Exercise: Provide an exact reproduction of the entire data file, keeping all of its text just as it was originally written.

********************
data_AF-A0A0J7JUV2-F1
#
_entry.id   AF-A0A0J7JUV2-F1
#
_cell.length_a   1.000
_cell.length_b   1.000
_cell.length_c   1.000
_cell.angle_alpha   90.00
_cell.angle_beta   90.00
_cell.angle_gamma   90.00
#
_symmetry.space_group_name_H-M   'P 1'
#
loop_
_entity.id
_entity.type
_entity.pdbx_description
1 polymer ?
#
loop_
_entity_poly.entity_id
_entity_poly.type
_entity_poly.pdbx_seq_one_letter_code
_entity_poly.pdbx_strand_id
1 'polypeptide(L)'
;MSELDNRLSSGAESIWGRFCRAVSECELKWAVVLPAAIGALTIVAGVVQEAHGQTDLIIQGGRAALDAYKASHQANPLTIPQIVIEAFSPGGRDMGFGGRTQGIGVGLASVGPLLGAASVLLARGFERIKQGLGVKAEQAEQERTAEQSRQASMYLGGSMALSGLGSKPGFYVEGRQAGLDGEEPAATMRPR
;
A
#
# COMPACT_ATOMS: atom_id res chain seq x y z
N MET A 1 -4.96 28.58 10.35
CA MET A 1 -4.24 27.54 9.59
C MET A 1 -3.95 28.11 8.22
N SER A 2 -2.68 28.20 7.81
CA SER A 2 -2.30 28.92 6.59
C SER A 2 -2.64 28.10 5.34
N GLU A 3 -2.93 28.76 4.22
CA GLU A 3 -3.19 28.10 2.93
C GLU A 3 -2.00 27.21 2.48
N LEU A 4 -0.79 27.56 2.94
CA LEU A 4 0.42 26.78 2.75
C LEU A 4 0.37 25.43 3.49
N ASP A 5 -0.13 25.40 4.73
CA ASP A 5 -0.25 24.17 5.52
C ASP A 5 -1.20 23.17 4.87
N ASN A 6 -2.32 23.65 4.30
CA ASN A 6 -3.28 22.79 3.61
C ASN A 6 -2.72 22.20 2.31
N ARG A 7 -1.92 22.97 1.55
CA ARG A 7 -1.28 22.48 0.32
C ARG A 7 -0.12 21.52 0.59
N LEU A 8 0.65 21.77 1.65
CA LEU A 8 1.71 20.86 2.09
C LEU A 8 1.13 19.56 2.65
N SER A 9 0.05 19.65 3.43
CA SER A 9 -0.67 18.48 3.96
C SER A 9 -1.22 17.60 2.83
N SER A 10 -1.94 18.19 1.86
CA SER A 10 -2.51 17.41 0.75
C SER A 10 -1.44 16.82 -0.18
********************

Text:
data_AF-A0A0J7JUV2-F1
#
_entry.id   AF-A0A0J7JUV2-F1
#
_cell.length_a   1.000
_cell.length_b   1.000
_cell.length_c   1.000
_cell.angle_alpha   90.00
_cell.angle_beta   90.00
_cell.angle_gamma   90.00
#
_symmetry.space_group_name_H-M   'P 1'
#
loop_
_entity.id
_entity.type
_entity.pdbx_description
1 polymer ?
#
loop_
_entity_poly.entity_id
_entity_poly.type
_entity_poly.pdbx_seq_one_letter_code
_entity_poly.pdbx_strand_id
1 'polypeptide(L)'
;MSELDNRLSSGAESIWGRFCRAVSECELKWAVVLPAAIGALTIVAGVVQEAHGQTDLIIQGGRAALDAYKASHQANPLTIPQIVIEAFSPGGRDMGFGGRTQGIGVGLASVGPLLGAASVLLARGFERIKQGLGVKAEQAEQERTAEQSRQASMYLGGSMALSGLGSKPGFYVEGRQAGLDGEEPAATMRPR
;
A
#
# COMPACT_ATOMS: atom_id res chain seq x y z
N MET A 1 -4.96 28.58 10.35
CA MET A 1 -4.24 27.54 9.59
C MET A 1 -3.95 28.11 8.22
N SER A 2 -2.68 28.20 7.81
CA SER A 2 -2.30 28.92 6.59
C SER A 2 -2.64 28.10 5.34
N GLU A 3 -2.93 28.76 4.22
CA GLU A 3 -3.19 28.10 2.93
C GLU A 3 -2.00 27.21 2.48
N LEU A 4 -0.79 27.56 2.94
CA LEU A 4 0.42 26.78 2.75
C LEU A 4 0.37 25.43 3.49
N ASP A 5 -0.13 25.40 4.73
CA ASP A 5 -0.25 24.17 5.52
C ASP A 5 -1.20 23.17 4.87
N ASN A 6 -2.32 23.65 4.30
CA ASN A 6 -3.28 22.79 3.61
C ASN A 6 -2.72 22.20 2.31
N ARG A 7 -1.92 22.97 1.55
CA ARG A 7 -1.28 22.48 0.32
C ARG A 7 -0.12 21.52 0.59
N LEU A 8 0.65 21.77 1.65
CA LEU A 8 1.71 20.86 2.09
C LEU A 8 1.13 19.56 2.65
N SER A 9 0.05 19.65 3.43
CA SER A 9 -0.67 18.48 3.96
C SER A 9 -1.22 17.60 2.83
N SER A 10 -1.94 18.19 1.86
CA SER A 10 -2.51 17.41 0.75
C SER A 10 -1.44 16.82 -0.18